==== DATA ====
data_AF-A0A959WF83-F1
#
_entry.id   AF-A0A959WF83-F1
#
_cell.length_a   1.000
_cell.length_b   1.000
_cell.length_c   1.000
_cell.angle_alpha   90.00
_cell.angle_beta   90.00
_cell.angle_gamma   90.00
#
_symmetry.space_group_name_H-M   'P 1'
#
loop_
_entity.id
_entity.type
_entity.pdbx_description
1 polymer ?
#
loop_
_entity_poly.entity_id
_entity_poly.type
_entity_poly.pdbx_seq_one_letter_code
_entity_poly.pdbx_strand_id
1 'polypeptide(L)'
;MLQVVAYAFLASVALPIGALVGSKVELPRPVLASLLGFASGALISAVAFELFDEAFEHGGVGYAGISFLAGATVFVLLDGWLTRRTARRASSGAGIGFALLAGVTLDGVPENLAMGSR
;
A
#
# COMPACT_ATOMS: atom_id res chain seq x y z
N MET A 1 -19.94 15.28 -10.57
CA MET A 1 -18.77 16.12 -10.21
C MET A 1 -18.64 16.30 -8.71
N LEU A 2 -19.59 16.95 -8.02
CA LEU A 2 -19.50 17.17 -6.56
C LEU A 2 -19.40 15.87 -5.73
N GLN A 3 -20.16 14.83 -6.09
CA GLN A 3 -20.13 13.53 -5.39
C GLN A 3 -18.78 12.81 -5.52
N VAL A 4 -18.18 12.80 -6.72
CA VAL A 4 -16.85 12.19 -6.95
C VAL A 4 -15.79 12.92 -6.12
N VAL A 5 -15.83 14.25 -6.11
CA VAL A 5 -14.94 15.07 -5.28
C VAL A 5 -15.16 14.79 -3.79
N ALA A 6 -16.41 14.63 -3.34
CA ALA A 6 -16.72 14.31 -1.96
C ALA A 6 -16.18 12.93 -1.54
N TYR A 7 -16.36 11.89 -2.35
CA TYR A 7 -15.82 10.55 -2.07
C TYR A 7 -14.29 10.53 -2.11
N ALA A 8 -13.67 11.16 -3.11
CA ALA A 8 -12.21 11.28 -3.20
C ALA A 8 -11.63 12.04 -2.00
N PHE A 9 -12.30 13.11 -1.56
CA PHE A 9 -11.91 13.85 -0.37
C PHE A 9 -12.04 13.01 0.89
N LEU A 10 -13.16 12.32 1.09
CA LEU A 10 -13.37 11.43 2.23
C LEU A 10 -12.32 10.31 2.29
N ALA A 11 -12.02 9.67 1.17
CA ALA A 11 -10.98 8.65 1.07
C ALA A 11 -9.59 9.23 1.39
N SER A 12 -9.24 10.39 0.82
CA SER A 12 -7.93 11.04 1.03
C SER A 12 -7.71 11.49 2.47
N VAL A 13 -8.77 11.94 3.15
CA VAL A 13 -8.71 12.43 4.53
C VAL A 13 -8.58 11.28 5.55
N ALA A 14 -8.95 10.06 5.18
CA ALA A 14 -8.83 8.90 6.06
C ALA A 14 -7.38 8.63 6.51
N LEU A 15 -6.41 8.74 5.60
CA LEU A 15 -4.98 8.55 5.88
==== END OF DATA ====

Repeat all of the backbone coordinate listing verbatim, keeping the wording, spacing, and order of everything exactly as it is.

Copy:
data_AF-A0A959WF83-F1
#
_entry.id   AF-A0A959WF83-F1
#
_cell.length_a   1.000
_cell.length_b   1.000
_cell.length_c   1.000
_cell.angle_alpha   90.00
_cell.angle_beta   90.00
_cell.angle_gamma   90.00
#
_symmetry.space_group_name_H-M   'P 1'
#
loop_
_entity.id
_entity.type
_entity.pdbx_description
1 polymer ?
#
loop_
_entity_poly.entity_id
_entity_poly.type
_entity_poly.pdbx_seq_one_letter_code
_entity_poly.pdbx_strand_id
1 'polypeptide(L)'
;MLQVVAYAFLASVALPIGALVGSKVELPRPVLASLLGFASGALISAVAFELFDEAFEHGGVGYAGISFLAGATVFVLLDGWLTRRTARRASSGAGIGFALLAGVTLDGVPENLAMGSR
;
A
#
# COMPACT_ATOMS: atom_id res chain seq x y z
N MET A 1 -19.94 15.28 -10.57
CA MET A 1 -18.77 16.12 -10.21
C MET A 1 -18.64 16.30 -8.71
N LEU A 2 -19.59 16.95 -8.02
CA LEU A 2 -19.50 17.17 -6.56
C LEU A 2 -19.40 15.87 -5.73
N GLN A 3 -20.16 14.83 -6.09
CA GLN A 3 -20.13 13.53 -5.39
C GLN A 3 -18.78 12.81 -5.52
N VAL A 4 -18.18 12.80 -6.72
CA VAL A 4 -16.85 12.19 -6.95
C VAL A 4 -15.79 12.92 -6.12
N VAL A 5 -15.83 14.25 -6.11
CA VAL A 5 -14.94 15.07 -5.28
C VAL A 5 -15.16 14.79 -3.79
N ALA A 6 -16.41 14.63 -3.34
CA ALA A 6 -16.72 14.31 -1.96
C ALA A 6 -16.18 12.93 -1.54
N TYR A 7 -16.36 11.89 -2.35
CA TYR A 7 -15.82 10.55 -2.07
C TYR A 7 -14.29 10.53 -2.11
N ALA A 8 -13.67 11.16 -3.11
CA ALA A 8 -12.21 11.28 -3.20
C ALA A 8 -11.63 12.04 -2.00
N PHE A 9 -12.30 13.11 -1.56
CA PHE A 9 -11.91 13.85 -0.37
C PHE A 9 -12.04 13.01 0.89
N LEU A 10 -13.16 12.32 1.09
CA LEU A 10 -13.37 11.43 2.23
C LEU A 10 -12.32 10.31 2.29
N ALA A 11 -12.02 9.67 1.17
CA ALA A 11 -10.98 8.65 1.07
C ALA A 11 -9.59 9.23 1.39
N SER A 12 -9.24 10.39 0.82
CA SER A 12 -7.93 11.04 1.03
C SER A 12 -7.71 11.49 2.47
N VAL A 13 -8.77 11.94 3.15
CA VAL A 13 -8.71 12.43 4.53
C VAL A 13 -8.58 11.28 5.55
N ALA A 14 -8.95 10.06 5.18
CA ALA A 14 -8.83 8.90 6.06
C ALA A 14 -7.38 8.63 6.51
N LEU A 15 -6.41 8.74 5.60
CA LEU A 15 -4.98 8.55 5.88